It is a proven fact that volunteering makes you feel good, but did you realize that it also results in improved physical and mental health? Helping others can diminish the effects of serious and minor disorders, both psychological and physical. Studies have shown volunteering can reduce heart rate and blood pressure, boost immune systems, relieve the impact of stress, and improve self-esteem.
Helping others doesn’t have to require a lot of time and you can set a volunteer schedule that works best for you. Volunteering is a great way to gain a whole new perspective on life. There is conceivably no other self-improvement endeavor—physically, mentally, or spiritually—that rewards you as richly as volunteering to do something important for someone else. Go share your gifts!
If you’re looking for ways to make a difference, here are some easy ways you can start:
- Coaching – check your local parks and recreation website to learn more about getting involved with after-school programs or summer camps for youth sports.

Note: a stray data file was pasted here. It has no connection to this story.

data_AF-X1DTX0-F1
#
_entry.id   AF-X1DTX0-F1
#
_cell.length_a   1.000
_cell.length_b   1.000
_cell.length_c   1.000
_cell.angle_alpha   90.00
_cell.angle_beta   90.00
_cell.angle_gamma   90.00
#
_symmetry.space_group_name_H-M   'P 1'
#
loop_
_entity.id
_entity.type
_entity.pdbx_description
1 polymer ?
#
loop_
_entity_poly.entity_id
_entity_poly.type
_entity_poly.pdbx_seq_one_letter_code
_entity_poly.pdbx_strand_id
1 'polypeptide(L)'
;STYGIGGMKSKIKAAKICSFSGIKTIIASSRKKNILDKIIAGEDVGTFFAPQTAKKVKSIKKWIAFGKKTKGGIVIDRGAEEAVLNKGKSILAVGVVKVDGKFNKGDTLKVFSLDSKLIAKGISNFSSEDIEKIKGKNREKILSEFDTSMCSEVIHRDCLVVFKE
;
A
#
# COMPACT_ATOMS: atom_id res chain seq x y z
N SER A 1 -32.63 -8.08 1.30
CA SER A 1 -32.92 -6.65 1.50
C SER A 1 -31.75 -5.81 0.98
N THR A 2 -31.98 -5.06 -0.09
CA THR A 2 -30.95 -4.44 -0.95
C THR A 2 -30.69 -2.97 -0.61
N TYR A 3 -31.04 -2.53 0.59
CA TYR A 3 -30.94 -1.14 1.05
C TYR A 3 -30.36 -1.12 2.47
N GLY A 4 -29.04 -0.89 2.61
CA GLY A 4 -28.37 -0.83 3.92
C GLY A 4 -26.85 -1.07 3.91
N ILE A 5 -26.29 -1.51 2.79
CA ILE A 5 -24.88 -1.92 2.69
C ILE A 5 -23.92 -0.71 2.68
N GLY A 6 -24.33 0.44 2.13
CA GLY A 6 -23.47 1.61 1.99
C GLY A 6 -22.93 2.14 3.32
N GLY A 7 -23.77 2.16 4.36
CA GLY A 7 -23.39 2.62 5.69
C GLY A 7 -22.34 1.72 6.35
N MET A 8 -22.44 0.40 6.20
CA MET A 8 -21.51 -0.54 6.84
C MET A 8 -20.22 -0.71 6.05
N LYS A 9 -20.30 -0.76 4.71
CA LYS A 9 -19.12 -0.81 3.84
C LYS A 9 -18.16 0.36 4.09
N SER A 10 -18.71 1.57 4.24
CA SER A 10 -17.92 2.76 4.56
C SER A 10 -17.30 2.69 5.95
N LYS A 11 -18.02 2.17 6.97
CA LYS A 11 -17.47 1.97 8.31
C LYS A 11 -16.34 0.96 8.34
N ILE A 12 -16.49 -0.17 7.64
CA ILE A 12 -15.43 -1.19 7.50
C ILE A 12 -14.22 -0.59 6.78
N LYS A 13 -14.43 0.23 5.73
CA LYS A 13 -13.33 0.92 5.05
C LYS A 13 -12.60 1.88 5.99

- Mentoring – give your support through public schools or libraries to help at-risk students stay in school and graduate.
- Delivering meals – nearly 9 million seniors in America face the threat of hunger, by volunteering for Meals on Wheels you can help those in your community.
- Rescuing animals – if you don’t have the ability to adopt, consider fostering an animal from your local shelter, to provide temporary love until they find a home.
- Joining community cleanup day – check your local newspapers and TV stations for adopt-a-road or park cleanup projects to help beautify your community.